Damnatio memoriae, or the official condemnation of memory, was the punishment that the ancient Roman Senate imposed on rulers or important leaders whom they decided to dishonor. The “condemned” would be erased from portraits, murals, statues or any other object in which his memory was preserved. This punished the behavior or rebellion of the condemned, allowing a new ruler to consolidate power.
This destruction of memory has occurred throughout history. Stalin, for example, erased from photos those who fell out of favor and eliminated any reference to them in any documents. Trotsky is one example. Dictators such as the Castro brothers in Cuba create an “official” version of history and wipe out any trace of accomplishments of those who oppose them.
Many Cubans and Cuban Americans are treated as “nonpersons” by the Castro government, which demonizes, abuses and, in many cases, erases them from history.
Outstanding Cubans such as award-winning journalist Yoani Sanchez and brilliant dissident Antonio Rodiles are not only abused; they are ignored. It is common to hear those who visit Cuba often, say, “No one knows Yoani in Cuba,” which is precisely what the government wants to communicate. Cuban exiles opposed to the Castro dictatorship have been “erased” through censorship or portrayed as the “right-wing Cuban Mafia.” This constant disparagement of Cuban Americans is what made it possible for Carnival to initially “forget” or treat Cuban-born U.S. citizens as “nonpersons” when it planned to accept the Cuban government’s discriminatory policies.
Many Cuban Americans worry that Raúl Castro is trying to erase their history. Also, since Americans are anxious to taste the formerly forbidden fruit of exotic Cuba, it is now fashionable and acceptable to ignore the culture and contributions of Cuban Americans to U.S. society. An example of the results was the Miami-based “dialogue” of Cuban artists and art experts at PAMM, a symposium in which many of the most prominent Miami-based Cuban-American artists and experts who openly oppose the Castro government were not guest speakers.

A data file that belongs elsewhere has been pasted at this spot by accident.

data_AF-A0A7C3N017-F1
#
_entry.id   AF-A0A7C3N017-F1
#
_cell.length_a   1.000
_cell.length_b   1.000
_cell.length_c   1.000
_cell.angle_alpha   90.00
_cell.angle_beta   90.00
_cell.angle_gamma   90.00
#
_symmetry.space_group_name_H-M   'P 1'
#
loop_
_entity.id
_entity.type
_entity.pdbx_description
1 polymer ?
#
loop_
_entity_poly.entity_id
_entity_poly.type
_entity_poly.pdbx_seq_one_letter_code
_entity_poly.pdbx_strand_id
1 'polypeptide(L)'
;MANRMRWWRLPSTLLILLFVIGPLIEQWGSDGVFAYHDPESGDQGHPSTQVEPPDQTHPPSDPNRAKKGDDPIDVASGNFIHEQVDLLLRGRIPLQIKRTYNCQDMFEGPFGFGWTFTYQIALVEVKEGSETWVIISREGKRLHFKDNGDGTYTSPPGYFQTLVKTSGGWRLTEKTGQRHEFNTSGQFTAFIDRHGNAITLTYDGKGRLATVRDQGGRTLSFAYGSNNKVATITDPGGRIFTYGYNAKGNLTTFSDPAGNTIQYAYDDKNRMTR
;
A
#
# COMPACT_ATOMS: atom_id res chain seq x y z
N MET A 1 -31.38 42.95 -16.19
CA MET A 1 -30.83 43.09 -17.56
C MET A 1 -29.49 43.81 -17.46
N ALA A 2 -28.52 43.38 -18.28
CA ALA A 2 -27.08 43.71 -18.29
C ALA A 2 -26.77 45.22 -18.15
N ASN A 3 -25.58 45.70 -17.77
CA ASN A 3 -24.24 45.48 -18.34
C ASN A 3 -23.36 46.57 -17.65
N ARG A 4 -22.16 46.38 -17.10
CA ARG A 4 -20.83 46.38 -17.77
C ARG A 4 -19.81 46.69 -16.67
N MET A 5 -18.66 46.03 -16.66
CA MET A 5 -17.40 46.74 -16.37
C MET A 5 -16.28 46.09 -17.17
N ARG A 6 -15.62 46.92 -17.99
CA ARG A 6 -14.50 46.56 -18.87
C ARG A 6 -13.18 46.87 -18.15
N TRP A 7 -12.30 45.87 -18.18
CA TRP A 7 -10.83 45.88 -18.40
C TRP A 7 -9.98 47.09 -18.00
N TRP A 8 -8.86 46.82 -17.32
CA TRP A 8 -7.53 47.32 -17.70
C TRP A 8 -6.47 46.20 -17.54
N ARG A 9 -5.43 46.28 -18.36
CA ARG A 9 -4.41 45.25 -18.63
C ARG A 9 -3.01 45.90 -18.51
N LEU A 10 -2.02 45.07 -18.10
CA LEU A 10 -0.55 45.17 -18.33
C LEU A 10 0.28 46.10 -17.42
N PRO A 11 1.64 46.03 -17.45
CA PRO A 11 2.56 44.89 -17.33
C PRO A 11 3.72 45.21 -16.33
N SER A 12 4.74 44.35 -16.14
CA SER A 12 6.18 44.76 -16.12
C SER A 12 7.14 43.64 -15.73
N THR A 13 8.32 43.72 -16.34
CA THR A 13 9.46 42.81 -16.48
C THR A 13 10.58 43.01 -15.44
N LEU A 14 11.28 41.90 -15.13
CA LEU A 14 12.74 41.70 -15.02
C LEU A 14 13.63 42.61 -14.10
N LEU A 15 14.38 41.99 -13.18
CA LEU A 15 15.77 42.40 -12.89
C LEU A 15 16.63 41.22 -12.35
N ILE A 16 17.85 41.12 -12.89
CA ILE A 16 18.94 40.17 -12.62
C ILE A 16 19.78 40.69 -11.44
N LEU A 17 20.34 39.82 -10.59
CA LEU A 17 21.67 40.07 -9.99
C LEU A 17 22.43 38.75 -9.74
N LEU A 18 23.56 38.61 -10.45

It is also unlikely that Cuban-American organizations and intellectuals who criticize the Cuban dictatorship will benefit from grants to foment exchange with Cuban artists and cultural leaders. The Cuban government would not even allow them to participate in the exchanges. These Cuban Americans are “nonpersons” not only to the Cuban government but, even worse, to our own government and foundations.
A free media must play a role in ensuring that the history and contributions of Cuban Americans, especially to Miami, are not erased from history. As newspapers and magazines lose circulation, cut expenses, eliminate local journalists, the story of Cuban Americans will be told by those who shaped it. Facts About Cuban Exiles published Cubans: The Epic Journey in English and Spanish. Its editors and authors include former Miami News editor, Howard Kleinberg and other respected journalists and experts.
This book preserves and analyzes the history of Cuban Americans. The University of Miami Cuban Heritage Collection, the UM Institute of Cuban and Cuban-American Studies and the upcoming Cuban Museum will also continue to make significant contributions. They deserve our support.
Cuban Americans have been instrumental in transforming Miami into an international city. They continue to serve this country, pay taxes, create successful businesses, employ people, donate to museums, lead colleges, build architecturally renowned buildings, edit newspapers, transform Miami into a technology center, write books, run banks, inspire a successful Broadway play, lead governments, make movies, write poetry, win Grammys and more.
It is also up to local mainstream museums and organizations that receive public funds and donations from Cuban Americans to prominently and more frequently feature their culture and history in exhibitions and conferences. The History Miami museum’s Pedro Pan and PAMM’s Carlos Alfonzo ceramic artwork exhibitions are great examples of why these stories are worth telling.
Aida Levitan is president of The Levitan Group, Inc., a Miami-based consulting firm.